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My goal is to apply sustainable synthesis and advanced manufacturing techniques in the development of a new, cost-effective catalyst with superior performance for environmental remediation, utilising nanoporous materials. Through this work, I aim to address pressing global challenges and support the United Nations' Sustainable Development Goals, with a focus on achieving clean energy (Goal 7), reducing plastic waste (Goal 12), and mitigating global warming (Goal 13).

Main Research Areas:

  • Porous materials synthesis and characterisation

  • Synthesis of hierarchical porous materials using green and scalable synthetic approaches

  • Innovative catalyst technologies using functional porous materials 

  • Energy conversion and storage using hierarchical porous materials

research summary

One of my key scientific contributions was the development of a low-solvent, more environmentally-friendly synthesis route for the production of copper-based MOF catalysts with hierarchical porosity. I have developed a new method using supercritical CO2 (scCO2) as a time- and material-efficient route to MOF synthesis with a high level of control over the crystallization process for accessing tailored material properties. I also made significant intellectual contributions to the development of intelligent scalable synthetic methods to produce additional large pores in defective MOF structures which were shown to be highly beneficial for their catalytic activity. The impact of this approach on heterogeneous catalysis was that these new MOFs with hierarchical porosity delivered an enhanced performance with fast intercalation of reactants into active sites.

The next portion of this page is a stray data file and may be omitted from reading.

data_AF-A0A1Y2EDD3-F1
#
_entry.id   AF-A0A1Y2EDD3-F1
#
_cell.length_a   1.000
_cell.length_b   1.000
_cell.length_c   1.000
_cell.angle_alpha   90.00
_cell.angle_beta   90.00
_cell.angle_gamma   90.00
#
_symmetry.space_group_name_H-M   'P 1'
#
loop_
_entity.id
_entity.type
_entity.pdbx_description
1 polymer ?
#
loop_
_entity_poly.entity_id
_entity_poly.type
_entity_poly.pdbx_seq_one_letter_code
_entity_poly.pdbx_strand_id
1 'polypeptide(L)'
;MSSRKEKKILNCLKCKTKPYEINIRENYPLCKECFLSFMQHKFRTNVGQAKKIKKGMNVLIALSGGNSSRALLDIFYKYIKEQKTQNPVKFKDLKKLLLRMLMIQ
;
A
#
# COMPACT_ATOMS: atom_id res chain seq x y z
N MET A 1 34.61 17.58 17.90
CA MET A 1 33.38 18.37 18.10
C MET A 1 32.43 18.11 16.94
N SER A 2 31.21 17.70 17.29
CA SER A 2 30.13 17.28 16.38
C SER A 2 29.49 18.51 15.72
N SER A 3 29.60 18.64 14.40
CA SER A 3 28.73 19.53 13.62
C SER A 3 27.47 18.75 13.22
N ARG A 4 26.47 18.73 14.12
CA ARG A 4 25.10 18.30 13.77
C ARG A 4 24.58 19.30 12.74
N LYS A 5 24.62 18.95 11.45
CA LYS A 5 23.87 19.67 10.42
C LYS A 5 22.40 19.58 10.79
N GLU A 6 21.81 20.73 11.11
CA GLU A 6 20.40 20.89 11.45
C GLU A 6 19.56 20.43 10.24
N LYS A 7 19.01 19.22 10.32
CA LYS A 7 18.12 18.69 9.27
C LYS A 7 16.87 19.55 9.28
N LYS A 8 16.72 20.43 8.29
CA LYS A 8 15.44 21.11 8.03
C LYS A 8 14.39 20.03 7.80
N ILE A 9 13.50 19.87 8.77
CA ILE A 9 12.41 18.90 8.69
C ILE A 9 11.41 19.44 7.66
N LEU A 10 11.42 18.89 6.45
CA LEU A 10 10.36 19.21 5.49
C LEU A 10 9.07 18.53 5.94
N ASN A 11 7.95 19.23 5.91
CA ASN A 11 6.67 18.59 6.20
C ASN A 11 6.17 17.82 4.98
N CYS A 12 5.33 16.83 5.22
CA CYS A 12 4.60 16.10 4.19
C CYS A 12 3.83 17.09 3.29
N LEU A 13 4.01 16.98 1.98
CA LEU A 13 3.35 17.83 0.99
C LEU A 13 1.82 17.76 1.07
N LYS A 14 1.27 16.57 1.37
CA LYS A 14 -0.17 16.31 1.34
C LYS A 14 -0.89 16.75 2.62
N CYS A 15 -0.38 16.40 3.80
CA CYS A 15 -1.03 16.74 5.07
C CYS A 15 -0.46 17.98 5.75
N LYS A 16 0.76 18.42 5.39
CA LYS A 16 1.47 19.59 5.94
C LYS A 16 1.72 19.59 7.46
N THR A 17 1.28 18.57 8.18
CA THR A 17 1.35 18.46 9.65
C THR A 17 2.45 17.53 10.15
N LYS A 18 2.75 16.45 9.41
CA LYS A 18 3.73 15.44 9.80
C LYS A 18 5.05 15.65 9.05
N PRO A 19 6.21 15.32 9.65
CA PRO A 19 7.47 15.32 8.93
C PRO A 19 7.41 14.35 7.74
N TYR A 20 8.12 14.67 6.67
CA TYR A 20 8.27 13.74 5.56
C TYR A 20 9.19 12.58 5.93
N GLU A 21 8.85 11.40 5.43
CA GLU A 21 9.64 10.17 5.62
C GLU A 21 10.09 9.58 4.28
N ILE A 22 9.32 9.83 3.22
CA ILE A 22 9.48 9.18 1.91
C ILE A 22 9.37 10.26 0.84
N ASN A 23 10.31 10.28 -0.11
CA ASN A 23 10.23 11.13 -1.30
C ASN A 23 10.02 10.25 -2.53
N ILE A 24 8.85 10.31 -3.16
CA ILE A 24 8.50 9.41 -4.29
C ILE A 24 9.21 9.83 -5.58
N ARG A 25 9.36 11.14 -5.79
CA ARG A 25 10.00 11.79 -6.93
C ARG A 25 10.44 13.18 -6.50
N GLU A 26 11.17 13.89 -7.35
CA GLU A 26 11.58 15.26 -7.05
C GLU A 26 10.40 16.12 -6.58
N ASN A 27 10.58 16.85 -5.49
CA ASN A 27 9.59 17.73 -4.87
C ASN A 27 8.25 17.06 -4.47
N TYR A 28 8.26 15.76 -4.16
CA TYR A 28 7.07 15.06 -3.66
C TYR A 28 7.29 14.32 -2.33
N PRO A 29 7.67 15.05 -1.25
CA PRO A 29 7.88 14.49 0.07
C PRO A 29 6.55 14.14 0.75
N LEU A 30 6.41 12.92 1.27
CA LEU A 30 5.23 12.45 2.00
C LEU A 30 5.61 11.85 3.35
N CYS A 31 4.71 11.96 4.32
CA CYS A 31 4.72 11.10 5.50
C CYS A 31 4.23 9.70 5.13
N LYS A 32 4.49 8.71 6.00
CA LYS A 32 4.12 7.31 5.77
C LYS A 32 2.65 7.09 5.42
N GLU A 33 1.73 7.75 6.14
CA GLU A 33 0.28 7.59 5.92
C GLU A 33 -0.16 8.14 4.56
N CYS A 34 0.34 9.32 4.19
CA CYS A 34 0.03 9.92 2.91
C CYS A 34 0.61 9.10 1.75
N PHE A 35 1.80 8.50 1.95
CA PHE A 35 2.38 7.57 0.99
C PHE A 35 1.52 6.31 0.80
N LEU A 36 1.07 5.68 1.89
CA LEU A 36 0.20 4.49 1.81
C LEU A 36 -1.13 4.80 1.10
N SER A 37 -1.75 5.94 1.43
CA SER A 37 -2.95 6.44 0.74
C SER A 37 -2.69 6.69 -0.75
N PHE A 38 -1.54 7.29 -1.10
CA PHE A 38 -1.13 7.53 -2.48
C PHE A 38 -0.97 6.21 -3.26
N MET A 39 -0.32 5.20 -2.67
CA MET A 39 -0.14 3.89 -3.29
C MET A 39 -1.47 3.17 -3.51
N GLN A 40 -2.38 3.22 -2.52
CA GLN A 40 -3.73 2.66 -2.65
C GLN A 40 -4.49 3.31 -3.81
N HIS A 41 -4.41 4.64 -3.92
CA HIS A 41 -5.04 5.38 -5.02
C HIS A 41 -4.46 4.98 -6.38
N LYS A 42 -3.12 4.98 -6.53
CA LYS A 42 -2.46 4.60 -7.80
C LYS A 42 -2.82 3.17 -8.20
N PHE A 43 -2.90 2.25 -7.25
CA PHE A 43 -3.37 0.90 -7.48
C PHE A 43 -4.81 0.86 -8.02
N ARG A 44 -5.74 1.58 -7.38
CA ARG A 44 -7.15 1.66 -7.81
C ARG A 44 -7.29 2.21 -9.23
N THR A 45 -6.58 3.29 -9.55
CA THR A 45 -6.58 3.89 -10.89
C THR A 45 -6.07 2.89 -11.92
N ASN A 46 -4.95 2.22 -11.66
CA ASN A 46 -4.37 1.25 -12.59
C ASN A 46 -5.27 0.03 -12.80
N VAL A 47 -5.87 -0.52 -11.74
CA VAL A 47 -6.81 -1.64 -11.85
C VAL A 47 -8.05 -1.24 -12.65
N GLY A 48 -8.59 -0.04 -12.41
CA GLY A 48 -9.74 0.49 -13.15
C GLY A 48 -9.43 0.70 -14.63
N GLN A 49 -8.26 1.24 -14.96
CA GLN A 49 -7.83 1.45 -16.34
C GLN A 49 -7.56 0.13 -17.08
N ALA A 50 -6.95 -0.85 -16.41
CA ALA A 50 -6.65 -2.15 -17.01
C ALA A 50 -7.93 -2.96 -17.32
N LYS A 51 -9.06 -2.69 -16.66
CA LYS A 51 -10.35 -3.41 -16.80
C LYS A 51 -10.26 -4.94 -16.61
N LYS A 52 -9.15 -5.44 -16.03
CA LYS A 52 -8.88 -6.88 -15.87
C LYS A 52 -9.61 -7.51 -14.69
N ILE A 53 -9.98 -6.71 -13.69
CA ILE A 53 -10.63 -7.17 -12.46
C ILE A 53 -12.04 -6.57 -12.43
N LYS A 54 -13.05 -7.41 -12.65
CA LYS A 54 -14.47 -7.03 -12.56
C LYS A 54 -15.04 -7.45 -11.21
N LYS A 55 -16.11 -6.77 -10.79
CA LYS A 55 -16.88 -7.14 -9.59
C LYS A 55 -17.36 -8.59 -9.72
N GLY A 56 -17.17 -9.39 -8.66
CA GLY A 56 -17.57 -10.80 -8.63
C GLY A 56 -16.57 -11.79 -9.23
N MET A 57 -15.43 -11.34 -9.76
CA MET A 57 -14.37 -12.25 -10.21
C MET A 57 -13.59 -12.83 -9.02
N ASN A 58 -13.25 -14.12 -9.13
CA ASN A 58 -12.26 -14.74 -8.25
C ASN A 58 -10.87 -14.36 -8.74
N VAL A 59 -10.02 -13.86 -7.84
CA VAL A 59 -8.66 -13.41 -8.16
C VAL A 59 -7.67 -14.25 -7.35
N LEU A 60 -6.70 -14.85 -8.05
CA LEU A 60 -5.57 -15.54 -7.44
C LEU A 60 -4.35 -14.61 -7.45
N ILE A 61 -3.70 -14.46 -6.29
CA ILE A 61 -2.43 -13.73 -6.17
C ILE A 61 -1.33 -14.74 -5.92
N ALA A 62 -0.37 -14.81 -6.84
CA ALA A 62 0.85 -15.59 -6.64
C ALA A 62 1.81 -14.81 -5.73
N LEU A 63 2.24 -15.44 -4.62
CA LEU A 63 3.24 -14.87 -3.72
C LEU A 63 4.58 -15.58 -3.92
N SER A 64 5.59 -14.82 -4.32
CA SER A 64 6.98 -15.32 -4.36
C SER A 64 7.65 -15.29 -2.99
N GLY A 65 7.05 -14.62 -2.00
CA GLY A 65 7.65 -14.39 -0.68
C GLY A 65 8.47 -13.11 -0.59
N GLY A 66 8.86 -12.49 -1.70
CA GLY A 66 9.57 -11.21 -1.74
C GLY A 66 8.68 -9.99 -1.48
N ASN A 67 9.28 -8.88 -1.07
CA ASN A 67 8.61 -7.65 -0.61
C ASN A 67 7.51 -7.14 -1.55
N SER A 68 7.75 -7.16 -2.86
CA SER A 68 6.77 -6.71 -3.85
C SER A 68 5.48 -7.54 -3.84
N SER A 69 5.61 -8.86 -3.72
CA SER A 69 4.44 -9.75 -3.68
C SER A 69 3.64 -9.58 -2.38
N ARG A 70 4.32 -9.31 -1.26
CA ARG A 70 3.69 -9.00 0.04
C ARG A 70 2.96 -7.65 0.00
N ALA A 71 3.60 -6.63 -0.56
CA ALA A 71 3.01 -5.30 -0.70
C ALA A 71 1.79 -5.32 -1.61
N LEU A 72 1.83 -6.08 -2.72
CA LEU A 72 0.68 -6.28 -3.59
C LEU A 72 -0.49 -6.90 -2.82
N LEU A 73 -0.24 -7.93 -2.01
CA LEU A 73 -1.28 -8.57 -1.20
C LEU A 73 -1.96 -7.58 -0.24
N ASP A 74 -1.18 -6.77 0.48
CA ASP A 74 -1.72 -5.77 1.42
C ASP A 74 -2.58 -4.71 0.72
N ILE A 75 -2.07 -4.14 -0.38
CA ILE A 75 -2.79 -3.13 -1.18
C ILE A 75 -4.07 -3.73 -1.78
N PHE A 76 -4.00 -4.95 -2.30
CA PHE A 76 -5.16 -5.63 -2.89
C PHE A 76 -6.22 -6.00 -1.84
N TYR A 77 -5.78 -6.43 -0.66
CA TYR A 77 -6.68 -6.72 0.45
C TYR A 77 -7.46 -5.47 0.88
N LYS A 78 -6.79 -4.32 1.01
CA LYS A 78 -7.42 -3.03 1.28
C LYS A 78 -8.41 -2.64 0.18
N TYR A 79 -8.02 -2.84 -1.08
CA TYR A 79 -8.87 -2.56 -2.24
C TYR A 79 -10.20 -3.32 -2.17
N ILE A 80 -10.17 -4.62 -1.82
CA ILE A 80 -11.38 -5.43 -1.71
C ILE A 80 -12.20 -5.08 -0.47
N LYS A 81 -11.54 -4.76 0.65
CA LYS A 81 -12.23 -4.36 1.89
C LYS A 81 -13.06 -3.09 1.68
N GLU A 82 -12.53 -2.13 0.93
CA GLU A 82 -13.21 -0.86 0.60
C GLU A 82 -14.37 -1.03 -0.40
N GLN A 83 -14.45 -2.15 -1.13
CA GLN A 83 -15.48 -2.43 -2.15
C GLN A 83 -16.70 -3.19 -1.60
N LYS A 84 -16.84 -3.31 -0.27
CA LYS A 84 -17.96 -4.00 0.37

Furthermore, my experience in using sustainable synthetic approaches has allowed me to achieve the economical production of nanomaterials. For instance, I have demonstrated the development of nanocomposites with novel heterostructures using cheap resources such as plastic waste and natural halloysite, for example, producing multifunctional AgInS2@MIL-101(Cr) and O-g-C3N4@MIL-53(Fe) materials with enhanced porosity via a facile preparation, Co-Fe-BTC/CN nanocomposite with bimetallic structures via a microwave-assisted hydrothermal method and Ag@AgBr/Al-SBA-15, Ag-g-C3N4@HNT and V2O5/Al-SBA-15 with semiconductor-containing porous structures via a one-pot and green synthetic approach. The novel nanocomposites were shown to improve the activity of visible-light-driven catalysts for the efficient treatment of multiple toxic pollutants in water. This could allow wastes to be transformed into economically valuable materials again and protect wildlife and the environment from further pollution. 


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